It was his involvement with works of charity that gave rise to La Pira’s passion for politics which for him were the most effective way of doing good. The Church had for some time been aware that the end of the Fascist regime was nigh and that it had to prepare a new political class capable of playing a leading role in the reconstruction of society. In this the young La Pira played an important part. La Pira joined in the clandestine meetings which had been taking place ever since 1940 in the milieu of the Catholic University in Milan, along with Giuseppe Dossetti, Giuseppe Lazzati and Amintore Fanfani. During those same years he was often invited to the assemblies of the “Movimento Laureati Cattolici” and of the FUCI. In 1943, when as a result of these intense activities the “Codice di Camaldoli” was drawn up as a genuine manifesto of political involvement by Catholic intellectuals and scholars, La Pira was one of those officially consulted as an expert.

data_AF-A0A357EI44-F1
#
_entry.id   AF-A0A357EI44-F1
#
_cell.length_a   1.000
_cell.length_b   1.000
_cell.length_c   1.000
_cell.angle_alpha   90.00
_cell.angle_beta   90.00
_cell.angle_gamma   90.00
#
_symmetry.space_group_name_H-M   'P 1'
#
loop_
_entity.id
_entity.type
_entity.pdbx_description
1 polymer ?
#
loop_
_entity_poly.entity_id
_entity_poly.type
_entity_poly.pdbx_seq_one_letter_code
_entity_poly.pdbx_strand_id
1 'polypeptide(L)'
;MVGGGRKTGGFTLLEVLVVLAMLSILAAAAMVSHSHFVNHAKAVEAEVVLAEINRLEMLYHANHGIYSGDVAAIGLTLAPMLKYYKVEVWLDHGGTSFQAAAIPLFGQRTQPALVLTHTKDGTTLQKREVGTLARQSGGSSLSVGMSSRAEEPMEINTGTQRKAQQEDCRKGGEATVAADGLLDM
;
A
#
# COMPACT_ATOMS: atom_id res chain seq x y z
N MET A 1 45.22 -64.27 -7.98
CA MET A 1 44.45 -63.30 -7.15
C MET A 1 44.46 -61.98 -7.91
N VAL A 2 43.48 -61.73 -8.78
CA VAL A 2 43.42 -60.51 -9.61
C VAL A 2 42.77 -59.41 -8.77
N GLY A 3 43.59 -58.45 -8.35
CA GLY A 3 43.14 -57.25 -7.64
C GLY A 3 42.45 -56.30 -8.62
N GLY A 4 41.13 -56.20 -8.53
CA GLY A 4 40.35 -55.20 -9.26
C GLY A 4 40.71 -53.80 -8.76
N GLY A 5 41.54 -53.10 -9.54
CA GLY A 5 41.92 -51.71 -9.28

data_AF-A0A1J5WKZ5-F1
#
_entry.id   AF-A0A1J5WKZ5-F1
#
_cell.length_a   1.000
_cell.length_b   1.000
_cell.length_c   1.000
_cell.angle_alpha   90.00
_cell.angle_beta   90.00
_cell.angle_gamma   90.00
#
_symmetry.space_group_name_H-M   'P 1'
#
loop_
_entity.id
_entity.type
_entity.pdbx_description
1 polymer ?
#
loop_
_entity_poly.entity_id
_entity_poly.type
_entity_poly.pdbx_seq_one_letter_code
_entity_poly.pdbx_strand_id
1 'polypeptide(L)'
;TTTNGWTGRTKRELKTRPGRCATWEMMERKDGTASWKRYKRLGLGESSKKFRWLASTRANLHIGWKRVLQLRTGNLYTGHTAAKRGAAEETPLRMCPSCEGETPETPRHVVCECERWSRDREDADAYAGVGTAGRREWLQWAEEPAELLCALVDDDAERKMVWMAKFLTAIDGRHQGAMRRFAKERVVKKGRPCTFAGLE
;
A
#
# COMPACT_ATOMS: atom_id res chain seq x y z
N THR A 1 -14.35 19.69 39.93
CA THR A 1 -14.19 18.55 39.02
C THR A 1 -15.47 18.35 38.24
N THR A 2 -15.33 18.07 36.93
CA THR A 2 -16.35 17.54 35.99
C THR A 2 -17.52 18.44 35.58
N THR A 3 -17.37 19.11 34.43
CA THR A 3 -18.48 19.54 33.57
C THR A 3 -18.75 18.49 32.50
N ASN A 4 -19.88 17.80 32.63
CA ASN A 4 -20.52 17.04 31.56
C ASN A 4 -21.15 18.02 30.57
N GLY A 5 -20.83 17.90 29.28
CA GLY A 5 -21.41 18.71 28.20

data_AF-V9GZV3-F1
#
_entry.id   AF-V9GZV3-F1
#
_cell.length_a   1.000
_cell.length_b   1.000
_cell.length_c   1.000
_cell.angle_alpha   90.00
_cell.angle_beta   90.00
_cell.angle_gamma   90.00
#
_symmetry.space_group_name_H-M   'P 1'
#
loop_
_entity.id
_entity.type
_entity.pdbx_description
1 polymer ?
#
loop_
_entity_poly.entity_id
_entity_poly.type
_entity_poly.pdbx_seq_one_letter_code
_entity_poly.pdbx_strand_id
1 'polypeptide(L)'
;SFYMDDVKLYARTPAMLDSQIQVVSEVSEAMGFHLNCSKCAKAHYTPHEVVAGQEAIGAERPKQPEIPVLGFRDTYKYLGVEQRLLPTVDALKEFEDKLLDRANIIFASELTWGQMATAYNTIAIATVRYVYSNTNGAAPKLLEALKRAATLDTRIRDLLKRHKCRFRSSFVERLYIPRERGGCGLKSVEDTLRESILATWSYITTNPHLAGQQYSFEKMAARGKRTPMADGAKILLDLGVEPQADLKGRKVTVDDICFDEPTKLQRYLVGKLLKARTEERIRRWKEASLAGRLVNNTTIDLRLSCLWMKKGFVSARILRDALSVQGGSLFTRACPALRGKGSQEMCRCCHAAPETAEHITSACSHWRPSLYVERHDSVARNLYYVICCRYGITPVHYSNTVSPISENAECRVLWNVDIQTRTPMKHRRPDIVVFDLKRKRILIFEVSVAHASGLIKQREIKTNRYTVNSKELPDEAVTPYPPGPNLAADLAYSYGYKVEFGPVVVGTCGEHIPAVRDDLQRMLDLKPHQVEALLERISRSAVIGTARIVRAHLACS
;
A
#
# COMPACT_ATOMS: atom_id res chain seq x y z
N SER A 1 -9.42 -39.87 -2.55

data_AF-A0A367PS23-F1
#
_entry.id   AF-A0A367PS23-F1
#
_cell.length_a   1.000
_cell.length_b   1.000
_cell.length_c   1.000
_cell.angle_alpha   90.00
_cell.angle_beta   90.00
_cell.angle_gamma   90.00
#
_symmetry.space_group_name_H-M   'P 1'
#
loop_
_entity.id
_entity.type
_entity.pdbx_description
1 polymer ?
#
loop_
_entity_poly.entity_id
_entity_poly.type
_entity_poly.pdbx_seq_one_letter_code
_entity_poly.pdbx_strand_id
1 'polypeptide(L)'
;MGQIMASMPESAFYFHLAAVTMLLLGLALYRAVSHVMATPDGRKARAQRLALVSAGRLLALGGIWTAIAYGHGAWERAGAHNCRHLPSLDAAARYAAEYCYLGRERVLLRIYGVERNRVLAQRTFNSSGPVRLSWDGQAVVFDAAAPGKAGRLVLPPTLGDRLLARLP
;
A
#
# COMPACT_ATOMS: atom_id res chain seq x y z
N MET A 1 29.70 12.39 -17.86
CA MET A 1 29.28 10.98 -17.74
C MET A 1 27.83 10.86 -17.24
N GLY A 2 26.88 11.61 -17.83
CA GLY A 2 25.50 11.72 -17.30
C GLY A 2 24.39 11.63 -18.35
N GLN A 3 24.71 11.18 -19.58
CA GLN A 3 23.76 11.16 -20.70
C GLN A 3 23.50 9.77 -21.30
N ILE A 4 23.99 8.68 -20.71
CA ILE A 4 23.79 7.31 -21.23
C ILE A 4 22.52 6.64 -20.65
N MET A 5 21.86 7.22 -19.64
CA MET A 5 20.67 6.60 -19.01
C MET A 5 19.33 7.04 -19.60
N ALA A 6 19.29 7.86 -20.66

In 1939 he founded the review “Principi” , in which he courageously stood up for the inherent value of each human being and for freedom. It was suppressed by the Fascist regime. During the time of racial persecution he also devoted himself to helping Jewish families to find refuge in monasteries and convents. When the Nazis occupied Florence in 1943, and La Pira became a wanted man, he took refuge at Fonterutoli, in the country house of his friend Jacopo Mazzei, the father of Fioretta, and later in Rome, with Monsignor Giovambattista Montini, the future Pope Paul VI.
During this period La Pira gave courses in social doctrine at the Lateran University, in which he stressed how urgent it was for Christian laypeople to proceed from prayer to social commitment. From this arose La nostra vocazione sociale
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